The WeekLI

The WeekLI


Prosperity UK Conference looks to make Brexit a success.

Matthew Elliott warns populism isn’t dead; it’s just not confined to the right.

Mexico’s Secretary of Economy comments on trade opportunities.


Prosperity UK hosted its inaugural conference this week to address the major challenges and opportunities which Brexit presents to the UK.

Prosperity UK and the Legatum Institute share a commitment to tackling the the biggest challenges we face as a nation. We were neutral during the referendum – however, now that the decision has been made to leave the European Union, we are committed to playing a positive role in mapping out Britain’s post-Brexit future.

The conference focused on four work streams: trade, the City, the domestic agenda, and universities, research and the knowledge economy.

As a partner with the conference, the Legatum Institute’s Special Trade Commission led the trade stream. There were presentations and discussions on the WTO rectification process, the prospects for a North Atlantic free trade agreement, the future of UK trade policy, unilateral liberalisation, the European perspective on Brexit, and how trade policy can create genuine economic partnerships with the developing world.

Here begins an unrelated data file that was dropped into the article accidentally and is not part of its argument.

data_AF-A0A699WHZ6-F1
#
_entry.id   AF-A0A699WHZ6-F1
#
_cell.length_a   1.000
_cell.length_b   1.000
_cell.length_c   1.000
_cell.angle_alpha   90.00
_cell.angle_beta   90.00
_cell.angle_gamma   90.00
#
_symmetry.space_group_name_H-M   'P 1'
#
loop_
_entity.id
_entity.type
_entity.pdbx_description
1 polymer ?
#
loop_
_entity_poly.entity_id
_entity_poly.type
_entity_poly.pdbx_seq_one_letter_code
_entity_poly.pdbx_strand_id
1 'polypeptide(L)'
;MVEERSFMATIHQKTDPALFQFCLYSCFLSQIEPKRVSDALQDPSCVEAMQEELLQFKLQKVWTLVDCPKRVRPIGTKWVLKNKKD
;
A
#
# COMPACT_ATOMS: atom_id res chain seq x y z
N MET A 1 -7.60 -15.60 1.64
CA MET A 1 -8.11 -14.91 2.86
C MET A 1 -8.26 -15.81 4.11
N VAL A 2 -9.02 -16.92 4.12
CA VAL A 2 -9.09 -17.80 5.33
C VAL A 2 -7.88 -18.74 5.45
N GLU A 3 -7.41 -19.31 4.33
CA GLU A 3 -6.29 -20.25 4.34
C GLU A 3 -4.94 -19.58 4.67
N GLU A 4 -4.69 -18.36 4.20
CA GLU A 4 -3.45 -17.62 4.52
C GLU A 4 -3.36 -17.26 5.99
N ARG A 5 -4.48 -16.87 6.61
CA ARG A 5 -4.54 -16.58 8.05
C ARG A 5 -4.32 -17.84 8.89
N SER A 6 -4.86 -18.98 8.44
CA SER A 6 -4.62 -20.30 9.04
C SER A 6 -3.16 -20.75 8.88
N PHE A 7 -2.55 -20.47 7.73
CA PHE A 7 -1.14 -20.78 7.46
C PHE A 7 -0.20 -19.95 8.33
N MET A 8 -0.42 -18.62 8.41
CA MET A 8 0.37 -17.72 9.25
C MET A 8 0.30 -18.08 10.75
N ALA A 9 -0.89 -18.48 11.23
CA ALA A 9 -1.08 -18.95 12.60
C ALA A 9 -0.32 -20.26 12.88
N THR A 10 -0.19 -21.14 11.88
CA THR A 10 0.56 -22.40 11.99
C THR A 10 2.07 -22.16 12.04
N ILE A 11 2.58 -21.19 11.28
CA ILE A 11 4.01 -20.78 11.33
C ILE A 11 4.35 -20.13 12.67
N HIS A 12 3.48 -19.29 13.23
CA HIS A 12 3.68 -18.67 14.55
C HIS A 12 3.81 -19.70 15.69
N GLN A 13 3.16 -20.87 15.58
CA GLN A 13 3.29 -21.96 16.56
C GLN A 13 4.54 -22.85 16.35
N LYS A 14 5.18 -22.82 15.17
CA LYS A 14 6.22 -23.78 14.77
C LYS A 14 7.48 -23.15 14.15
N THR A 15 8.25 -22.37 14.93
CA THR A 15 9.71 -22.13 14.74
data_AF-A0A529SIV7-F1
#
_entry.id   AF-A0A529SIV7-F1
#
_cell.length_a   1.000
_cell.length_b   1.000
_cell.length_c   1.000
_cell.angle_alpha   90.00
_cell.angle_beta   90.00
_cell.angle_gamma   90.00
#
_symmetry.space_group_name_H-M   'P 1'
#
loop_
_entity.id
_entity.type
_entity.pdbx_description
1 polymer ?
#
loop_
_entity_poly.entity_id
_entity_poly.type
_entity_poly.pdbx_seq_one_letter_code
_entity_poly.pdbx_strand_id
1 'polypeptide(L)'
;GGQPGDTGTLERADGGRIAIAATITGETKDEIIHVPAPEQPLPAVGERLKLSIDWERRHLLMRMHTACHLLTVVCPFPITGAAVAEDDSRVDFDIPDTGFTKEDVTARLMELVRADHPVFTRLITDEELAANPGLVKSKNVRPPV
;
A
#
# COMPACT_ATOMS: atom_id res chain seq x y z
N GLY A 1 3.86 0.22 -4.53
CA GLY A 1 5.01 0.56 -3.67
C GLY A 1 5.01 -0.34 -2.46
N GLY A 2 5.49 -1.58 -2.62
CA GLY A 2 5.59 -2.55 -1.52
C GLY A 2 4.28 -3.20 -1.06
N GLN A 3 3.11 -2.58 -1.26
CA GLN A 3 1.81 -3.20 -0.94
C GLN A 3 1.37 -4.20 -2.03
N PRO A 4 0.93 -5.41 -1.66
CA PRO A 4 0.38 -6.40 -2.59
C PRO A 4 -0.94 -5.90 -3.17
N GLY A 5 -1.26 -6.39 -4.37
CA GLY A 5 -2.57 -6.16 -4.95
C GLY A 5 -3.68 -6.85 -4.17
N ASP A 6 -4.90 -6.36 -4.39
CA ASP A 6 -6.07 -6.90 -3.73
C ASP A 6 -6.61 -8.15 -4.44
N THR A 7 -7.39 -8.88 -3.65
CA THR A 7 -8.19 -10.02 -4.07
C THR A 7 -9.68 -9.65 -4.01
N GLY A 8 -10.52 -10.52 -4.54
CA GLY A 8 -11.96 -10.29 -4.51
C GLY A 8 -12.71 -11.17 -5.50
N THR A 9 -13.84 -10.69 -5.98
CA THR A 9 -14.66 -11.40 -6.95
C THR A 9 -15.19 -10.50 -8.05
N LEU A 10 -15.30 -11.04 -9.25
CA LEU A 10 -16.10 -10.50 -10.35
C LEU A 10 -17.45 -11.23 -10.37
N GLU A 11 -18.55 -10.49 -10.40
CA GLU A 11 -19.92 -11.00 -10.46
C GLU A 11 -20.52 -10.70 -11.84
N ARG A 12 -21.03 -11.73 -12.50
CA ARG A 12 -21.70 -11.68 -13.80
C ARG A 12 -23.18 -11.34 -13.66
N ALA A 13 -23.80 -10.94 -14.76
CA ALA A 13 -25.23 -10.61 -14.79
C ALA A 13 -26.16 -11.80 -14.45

“In our experience, the benefits of Free Trade Agreements far exceed pre-agreement analysis”
Sir Lockwood Smith, former NZ Trade Minister

More information

The conference is independent of the political parties and aims to generate and examine ideas about what Brexit means for the future of the country. The conference is specifically non-partisan. It creates a forum for debate but will not promote or oppose any particular party policy position.


The first round of voting in the French presidential election sees centrist, pro-European Emmanuel Macron and hard right, Eurosceptic Marine Le Pen go head to head with pollsters predicting a comfortable win for Macron.

With this potential win, it might seem populism in France is dead.

As part of his Senior Fellowship at the Legatum Institute, Matthew Elliott is tracking the rise of populism and examining the underlying factors contributing to the rise (or otherwise) of populist movements across the world. His guide to the French election follows his first paper in the series on the recent Dutch election.

Matthew’s analysis and the excellent polling analysis by James Kanagasooriam and Claudia Chwalisz from Populus warns we shouldn’t be so quick to write off populism in France.